- Decisions coming soon on steel mill, smelter in New Madrid (11/17/17)1
- Cape man accused of secretly recording women, posting to porn site (11/22/17)
- Thankful People: Kirsten Strebe recovers from traumatic car accident, brain injury (11/23/17)
- Cape attorney Brandon Cooper to run for judge (11/20/17)2
- Thankful People: Moore family counts its blessing after harrowing accident (11/23/17)
- Cape native co-directs Thanksgiving-related indie film, 'Drinksgiving' (11/17/17)
- State audit: Bollinger County tax levies violate state law; county commission disagrees (11/17/17)3
- Deal Finder brings 'unique' shopping to Cape Girardeau (11/24/17)
- The Tungsten Groove to release first album featuring original songs (11/17/17)
- 1 dead, 3 hurt in accident on Highway 72 (11/19/17)
Workers' comp system is broken
To the editor:Mark Baker's condemnation of workers' compensation in Missouri was justified. I was injured on the job last January and required surgery. From the beginning I have had to fight every step of the way to get medical treatment, therapy and money to live on. Even getting out of the hospital proved a challenge, since the insurance carrier accepted the claim but refused to authorize home equipment ordered by the doctor.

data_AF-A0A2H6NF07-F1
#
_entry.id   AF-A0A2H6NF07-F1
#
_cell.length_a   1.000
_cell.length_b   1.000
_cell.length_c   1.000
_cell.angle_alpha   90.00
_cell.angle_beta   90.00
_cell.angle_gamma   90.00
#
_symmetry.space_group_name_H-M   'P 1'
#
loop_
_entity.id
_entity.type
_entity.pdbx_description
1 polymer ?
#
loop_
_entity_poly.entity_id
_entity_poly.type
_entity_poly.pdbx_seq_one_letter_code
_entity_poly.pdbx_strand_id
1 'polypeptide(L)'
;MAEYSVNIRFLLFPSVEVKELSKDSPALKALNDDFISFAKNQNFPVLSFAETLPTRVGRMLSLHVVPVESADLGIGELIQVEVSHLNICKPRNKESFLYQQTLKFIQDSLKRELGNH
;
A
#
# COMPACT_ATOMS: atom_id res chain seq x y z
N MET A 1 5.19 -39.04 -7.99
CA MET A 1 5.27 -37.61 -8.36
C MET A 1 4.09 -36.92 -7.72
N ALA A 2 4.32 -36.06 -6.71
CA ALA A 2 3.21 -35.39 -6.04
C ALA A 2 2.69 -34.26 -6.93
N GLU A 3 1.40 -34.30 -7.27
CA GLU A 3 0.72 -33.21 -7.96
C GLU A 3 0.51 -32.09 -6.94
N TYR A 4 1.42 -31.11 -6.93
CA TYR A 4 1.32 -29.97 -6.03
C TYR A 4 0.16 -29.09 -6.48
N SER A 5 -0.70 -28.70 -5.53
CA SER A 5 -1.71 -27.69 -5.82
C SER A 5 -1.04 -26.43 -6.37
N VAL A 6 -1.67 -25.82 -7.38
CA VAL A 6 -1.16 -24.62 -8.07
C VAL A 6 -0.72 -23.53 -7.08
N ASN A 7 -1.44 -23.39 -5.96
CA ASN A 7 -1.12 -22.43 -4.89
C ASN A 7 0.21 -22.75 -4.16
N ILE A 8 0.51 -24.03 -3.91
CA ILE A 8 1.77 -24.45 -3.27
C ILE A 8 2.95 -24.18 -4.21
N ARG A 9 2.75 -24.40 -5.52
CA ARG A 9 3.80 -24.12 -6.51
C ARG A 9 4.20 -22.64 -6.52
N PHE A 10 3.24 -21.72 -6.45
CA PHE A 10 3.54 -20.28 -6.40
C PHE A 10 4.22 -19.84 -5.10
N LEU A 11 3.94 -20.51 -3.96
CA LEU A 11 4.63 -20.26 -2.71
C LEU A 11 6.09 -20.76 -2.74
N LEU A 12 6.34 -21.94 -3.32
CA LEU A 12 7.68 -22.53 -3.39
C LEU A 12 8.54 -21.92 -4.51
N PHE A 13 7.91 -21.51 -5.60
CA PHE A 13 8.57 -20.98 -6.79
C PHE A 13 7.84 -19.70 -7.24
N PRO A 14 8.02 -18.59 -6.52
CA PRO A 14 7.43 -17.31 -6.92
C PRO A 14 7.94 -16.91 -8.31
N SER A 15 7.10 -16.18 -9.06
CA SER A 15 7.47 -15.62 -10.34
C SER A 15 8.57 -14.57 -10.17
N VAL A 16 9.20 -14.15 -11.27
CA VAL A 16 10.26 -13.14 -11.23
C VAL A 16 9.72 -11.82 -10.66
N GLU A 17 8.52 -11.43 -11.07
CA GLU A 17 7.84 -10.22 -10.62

The insurance carrier for my employer tried to clear me to return to work before I could walk unassisted. I have located many complaints on the Internet suggesting that unscrupulous insurance carriers have a history of proclaiming injured workers ready to return to work when their doctors thought otherwise. These carriers have been accused of employing a strategy to starve people into accepting an early and insufficient settlement. My treatment would seem to support those accusations.
Workers' compensation was originally intended to ensure that injured workers were provided medical care and income until they could return to work. Three years ago, Missouri lawmakers changed the rules, making the injured party all but a criminal suspect and opening the way for unscrupulous insurance carriers in conjunction with hack doctors to starve injured workers into bankruptcy -- while denying the medical care the workers need to return to work. Missouri's workers' compensation system is a broken mess.
MARY KATHRYN MEYER, Jackson